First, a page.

The sandglass is a fantastic composite object. It is very fragile and, of course, made up of multiple materials – sand glass, copper alloy, iron, twine and timber.

Its conservation represented a challenge to YAT because of this.

The process:
“As it was recovered from a marine environment it was firstly desalinated through a series of water baths, with levels of chlorides monitored weekly. During the desalination process the concretion was removed from the object’s surface as it was obstructing its surface and was causing instability. This was achieved using a dental pick and small chisel which proved to be the most effective. These tools allowed to chip away small fragments at a time without damaging the wooden frame or the glass globules. Once the concretion was removed, the object was rinsed with reverse osmosis water.

The next stage in the treatment involved immersion of the object in a solution of Polyethylene Glycol (PEG) which was meant to replace the unstable water in the object. After several months of soaking, the object was removed from its PEG bath, frozen and then subjected to the process of freeze-drying. When the freeze-drying process was complete the object’s surface was cleaned of excess PEG and both glass as well as the wooden frame were consolidated. The final step of the treatment involved gap filling of the area which was sampled for wood specie identification (wooden top disc).

The other wooden items were quite straightforward. Below are some images of the wooden plane, wooden folding ruler and wooden gunter scale. The finds stabilised in PEG and then freeze-dried. Before the conservation work commenced a detailed condition assessment, including species identification of the wood was undertaken. This information was then used to choose the most appropriate conservation treatment regime. Both the folding ruler and gunter scale were identified as Box Tree (Buxus sempervirens L.). The plane was identified as Beech (Fagus sylvatica L.).

As the objects had come from a marine context they were desalinated through a series of water baths, with levels of chlorides monitored weekly. Concretions were them removed from the surface using a combination of dental tools and the objects were rinsed in Reverse Osmosis water.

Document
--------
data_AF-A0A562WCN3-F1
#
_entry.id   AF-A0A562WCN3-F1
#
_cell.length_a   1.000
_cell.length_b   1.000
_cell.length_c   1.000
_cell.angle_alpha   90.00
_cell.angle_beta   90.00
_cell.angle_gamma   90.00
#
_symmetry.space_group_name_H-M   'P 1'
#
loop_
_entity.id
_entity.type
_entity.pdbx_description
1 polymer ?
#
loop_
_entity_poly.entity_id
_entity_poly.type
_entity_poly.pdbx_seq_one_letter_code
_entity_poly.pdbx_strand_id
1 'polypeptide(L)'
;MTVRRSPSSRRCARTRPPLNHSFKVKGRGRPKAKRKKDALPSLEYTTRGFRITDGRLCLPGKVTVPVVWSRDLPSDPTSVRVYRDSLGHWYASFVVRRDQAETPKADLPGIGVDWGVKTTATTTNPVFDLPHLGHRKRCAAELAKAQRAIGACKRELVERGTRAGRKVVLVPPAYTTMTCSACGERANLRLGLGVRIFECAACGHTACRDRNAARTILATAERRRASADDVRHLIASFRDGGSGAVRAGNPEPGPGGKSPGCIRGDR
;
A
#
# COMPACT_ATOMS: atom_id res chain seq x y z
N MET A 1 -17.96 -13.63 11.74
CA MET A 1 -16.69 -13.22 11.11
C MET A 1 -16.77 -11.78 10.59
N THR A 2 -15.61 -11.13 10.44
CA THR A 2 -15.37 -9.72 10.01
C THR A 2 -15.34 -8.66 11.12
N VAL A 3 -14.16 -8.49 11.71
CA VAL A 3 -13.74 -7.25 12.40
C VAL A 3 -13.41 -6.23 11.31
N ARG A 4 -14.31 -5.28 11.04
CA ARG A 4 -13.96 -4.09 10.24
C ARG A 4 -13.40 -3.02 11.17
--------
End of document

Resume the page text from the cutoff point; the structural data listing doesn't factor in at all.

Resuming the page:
As they were waterlogged the PEG wax was needed to replace the water inside and support the degraded cells. The grade and amount of wax used depends on the species and condition of the object and is decided upon during the initial condition assessment. Smaller objects such as the plane, scale and ruler could be submerged in a wax and tap water solution. The wax is added in 5% increments until the desired concentration is reached. This is followed by a further period of soaking to ensure the wax has fully penetrated into the object.

The objects were then freeze-dried. Freeze-drying is a controlled method for drying organic material. This process removes the water from the wood without causing damage or stress to the structure. It works by freezing the material and then reducing the surrounding pressure in a vacuum to allow the frozen water in the material to sublime directly from a solid to a gas. At the end of the process we are left with a dry object as the water has been removed but the wax remains inside in a solid form, acting as a scaffolding support system for the object.

Once dry the final stage of the conservation treatment involved the reattachment of any loose sections and gap filling for structural support.

And sometimes conservation is simply a large puzzle. Here’s Tom Cousins reassembling multiple pieces to reinstate a large vase. This work took over a week to complete.

A photo of Tom Cousins piecing together the vase
Tom Cousins piecing together the vase

*PEG, Polyethylene Glycol is a water-soluble wax, a by-product of the petroleum industry, that is used in the conservation treatment of waterlogged timbers. Once the timber is desalinated, cleaned and recorded, the object is placed in an aqueous PEG solution whose strength is increased over time until sufficient wax has penetrated into the wood cell structure to act as a scaffold, and prevent deformation of the wood during drying.

**PEG impregnated objects are dried in a freeze-dryer. Here the items are frozen to around -30 °C and a vacuum applied to the drying chamber. Under these conditions of reduced temperature and pressure the solid water – ice – is converted directly to a vapour which is then removed from the wood. This technique is a very gentle procedure as removing the water as a vapour reduces the forces applied when water is in its liquid form.

A photo of Freeze dryers
Freeze dryers

For further information on the work of the conservation team at the York Archaeological Trust, please visit the YAT conservation website or call 01904 663000 and ask to speak to either Ian Panter or Mags Felter.

How to find us

If you would like to visit, please make an appointment at The address is:

19 Cowley Road
Nuffield industrial Estate
BH17 0UJ